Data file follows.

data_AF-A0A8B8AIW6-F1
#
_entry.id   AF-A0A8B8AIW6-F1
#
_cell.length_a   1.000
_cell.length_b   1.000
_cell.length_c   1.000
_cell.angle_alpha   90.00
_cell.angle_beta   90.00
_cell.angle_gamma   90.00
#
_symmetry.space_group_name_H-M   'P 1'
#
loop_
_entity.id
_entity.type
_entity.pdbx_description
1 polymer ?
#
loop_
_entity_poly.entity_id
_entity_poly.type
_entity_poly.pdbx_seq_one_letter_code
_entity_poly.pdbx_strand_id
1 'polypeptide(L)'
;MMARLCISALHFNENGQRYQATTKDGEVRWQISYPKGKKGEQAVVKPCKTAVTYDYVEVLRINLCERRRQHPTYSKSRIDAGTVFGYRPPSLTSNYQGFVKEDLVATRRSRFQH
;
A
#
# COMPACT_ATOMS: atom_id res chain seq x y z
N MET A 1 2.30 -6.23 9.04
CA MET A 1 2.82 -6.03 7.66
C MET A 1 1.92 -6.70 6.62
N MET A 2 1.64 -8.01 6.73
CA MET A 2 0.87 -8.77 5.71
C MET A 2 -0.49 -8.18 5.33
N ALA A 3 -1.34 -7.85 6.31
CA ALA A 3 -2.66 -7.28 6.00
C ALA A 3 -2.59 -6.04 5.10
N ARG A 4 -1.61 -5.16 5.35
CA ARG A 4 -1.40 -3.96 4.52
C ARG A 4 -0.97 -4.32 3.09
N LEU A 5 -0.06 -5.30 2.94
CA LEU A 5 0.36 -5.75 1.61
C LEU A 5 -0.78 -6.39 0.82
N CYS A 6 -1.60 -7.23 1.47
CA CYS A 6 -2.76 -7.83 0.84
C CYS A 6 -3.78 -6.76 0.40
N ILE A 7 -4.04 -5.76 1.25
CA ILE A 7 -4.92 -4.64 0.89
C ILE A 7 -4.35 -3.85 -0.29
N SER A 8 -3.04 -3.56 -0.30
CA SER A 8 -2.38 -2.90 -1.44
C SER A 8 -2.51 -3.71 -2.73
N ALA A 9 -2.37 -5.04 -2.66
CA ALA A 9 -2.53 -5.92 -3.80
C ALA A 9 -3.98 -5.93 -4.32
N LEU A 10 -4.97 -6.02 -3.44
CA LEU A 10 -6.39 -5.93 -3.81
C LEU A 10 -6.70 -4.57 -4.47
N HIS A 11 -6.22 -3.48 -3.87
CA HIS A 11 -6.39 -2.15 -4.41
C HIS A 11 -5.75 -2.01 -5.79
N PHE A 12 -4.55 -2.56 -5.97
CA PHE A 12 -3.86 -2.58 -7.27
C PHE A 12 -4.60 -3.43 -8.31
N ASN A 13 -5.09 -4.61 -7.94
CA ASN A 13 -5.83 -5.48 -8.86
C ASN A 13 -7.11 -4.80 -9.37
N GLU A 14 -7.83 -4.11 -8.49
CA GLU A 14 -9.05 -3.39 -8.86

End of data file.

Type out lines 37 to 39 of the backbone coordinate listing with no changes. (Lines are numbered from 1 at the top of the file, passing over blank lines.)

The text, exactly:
N ALA A 3 -1.34 -7.85 6.31
CA ALA A 3 -2.66 -7.28 6.00
C ALA A 3 -2.59 -6.04 5.10